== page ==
As though 2017 weren’t bad enough in the world of cybersecurity, the first few days of this year saw the announcement of two severe hardware vulnerabilities affecting almost every computer processor made in the last 20 years.
Making matters worse, the flaws are extremely complex and inherent to the underlying technology that makes modern processors function. That also means they don’t just affect a few specific product lines or brands – they’re almost all-encompassing.
Unlike most vulnerabilities, which affect a specific operating system or program, the Meltdown and Spectre flaws arise from standard features built into computer chips themselves. These features are designed to make the chips run faster, so the only way to patch the vulnerabilities is to turn off the hardware features themselves. To that end, patches have already been released, but not without a significant cost in the performance of certain applications.
Before you can understand how Spectre and Meltdown work and exactly what they exploit, we’ll need to explain a core function of modern processors called speculative execution. Stay with us, we’ll keep it simple.
Speculative execution is a performance optimization technique that has the processor predicting which requests might come next, which enables it to carry out the necessary calculations in advance.
You can compare speculative execution to using your free time to carry out chores you’re pretty sure you’ll need to do later. In much the same way as you’ll want to make the best use of your free time, a microprocessor uses its free time for performing calculations it will likely need later. The result is a significant head start in performance.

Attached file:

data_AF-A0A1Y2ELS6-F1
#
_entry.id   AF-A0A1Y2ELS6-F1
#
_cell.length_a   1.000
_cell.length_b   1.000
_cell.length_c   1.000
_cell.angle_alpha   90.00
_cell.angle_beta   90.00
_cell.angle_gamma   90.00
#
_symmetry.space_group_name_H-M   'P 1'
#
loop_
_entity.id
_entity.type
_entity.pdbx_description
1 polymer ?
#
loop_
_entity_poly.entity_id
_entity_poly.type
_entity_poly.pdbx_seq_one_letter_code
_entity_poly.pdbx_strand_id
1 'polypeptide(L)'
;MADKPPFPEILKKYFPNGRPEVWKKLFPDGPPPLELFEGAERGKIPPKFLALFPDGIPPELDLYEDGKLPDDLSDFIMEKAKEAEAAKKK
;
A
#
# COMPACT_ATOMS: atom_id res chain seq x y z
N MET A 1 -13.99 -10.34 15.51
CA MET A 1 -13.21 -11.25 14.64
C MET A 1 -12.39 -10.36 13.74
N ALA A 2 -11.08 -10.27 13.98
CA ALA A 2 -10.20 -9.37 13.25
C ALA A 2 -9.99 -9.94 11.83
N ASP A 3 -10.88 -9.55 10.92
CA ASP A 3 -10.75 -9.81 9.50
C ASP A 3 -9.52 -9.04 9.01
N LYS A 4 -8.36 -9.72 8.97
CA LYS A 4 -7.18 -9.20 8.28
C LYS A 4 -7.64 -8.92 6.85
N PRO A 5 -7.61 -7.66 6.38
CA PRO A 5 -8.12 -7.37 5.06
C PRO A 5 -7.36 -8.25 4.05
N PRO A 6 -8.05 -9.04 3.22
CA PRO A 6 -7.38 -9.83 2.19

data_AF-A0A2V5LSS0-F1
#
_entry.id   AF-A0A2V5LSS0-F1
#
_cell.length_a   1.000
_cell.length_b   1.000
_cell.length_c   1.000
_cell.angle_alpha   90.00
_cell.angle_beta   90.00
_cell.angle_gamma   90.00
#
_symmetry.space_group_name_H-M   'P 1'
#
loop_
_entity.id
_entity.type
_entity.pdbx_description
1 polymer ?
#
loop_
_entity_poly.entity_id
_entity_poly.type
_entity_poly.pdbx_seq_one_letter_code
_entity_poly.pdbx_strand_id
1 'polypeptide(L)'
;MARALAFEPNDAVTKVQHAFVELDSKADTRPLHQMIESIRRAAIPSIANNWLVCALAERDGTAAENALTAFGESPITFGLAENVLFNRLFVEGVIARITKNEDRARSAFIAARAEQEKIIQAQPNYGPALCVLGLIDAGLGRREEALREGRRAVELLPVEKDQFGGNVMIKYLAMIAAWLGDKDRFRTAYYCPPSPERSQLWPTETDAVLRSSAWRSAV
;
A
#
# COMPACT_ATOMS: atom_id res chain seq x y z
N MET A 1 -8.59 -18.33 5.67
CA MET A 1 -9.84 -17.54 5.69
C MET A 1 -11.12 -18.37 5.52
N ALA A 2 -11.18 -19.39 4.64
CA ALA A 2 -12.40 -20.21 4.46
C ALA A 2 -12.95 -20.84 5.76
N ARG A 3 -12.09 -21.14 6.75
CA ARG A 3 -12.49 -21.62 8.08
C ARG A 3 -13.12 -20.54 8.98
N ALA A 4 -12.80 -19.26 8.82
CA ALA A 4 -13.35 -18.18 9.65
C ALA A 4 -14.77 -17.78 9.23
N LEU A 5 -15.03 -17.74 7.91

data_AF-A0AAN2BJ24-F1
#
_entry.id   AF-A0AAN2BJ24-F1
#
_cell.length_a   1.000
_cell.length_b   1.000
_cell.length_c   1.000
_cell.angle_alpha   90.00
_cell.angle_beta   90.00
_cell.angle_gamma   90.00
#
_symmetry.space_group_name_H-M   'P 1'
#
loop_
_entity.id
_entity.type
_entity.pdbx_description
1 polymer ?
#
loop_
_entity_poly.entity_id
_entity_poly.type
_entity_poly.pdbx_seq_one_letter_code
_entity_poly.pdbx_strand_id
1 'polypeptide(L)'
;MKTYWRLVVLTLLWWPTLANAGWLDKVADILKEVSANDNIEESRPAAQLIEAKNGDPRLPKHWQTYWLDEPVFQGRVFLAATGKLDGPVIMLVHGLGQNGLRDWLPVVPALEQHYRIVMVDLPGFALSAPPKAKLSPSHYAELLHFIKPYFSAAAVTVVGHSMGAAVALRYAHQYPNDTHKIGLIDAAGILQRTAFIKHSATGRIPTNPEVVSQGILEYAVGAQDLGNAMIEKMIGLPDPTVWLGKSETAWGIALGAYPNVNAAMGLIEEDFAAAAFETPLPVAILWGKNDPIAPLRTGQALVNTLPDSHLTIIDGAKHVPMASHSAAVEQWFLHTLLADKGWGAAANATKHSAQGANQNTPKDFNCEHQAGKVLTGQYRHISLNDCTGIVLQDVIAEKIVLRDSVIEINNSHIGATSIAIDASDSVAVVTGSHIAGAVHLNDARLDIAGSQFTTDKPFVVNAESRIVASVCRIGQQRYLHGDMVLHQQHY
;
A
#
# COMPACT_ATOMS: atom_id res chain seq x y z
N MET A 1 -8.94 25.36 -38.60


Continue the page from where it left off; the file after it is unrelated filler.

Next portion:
Processors store the information they think they’ll need soon in temporary storage. This temporary storage is full of information like passwords and credit cards and was supposedly protected. Spectre and Meltdown represent new methods for accessing this temporary storage without permission.
For now, Spectre and Meltdown exploits require a lot of technical expertise and cannot be automated. But despite being unlikely targets, SMBs should be aware of the major security vulnerabilities affecting their hardware and operating systems. It is very possible these vulnerabilities could become much easier to deploy.
What makes these flaws so serious, however, is that it’s simply impossible to patch them, as they exist on a hardware level. In other words, they’re inherent design flaws that cannot be patched with a software update.
Fortunately, it’s not all doom and gloom. Although the problems cannot be fixed, it is possible to work around them, and that’s exactly what the patches being released by major manufacturers do. Microsoft, for example, has already released patches for Windows 7 and later, although older operating systems like Windows XP will almost certainly never see a patch.
All mainstream mobile operating systems and browsers have also received patches, although there are some low-cost Android devices that may still be vulnerable if they don’t receive automatic updates from Google. Major cloud providers, such as Amazon, Google and Microsoft have also patched their servers accordingly.
The problem with the workarounds, which you have no choice but to implement for the sake of security, is that they do reduce performance in some applications. While performance reductions were first reported to be around 30%, more recent benchmarks suggest something closer 10%. Furthermore, issues with performance concern only certain workloads and are unlikely to have a discernible effect on most everyday applications.
At Dyrand Systems, it’s our job to make sure technology doesn’t end up being your enemy. That’s why we’re prepared for even the severest of security problems, like those posed by Spectre and Meltdown. Call us todayif you’re ready to start taking back control over your IT with a free security assessment.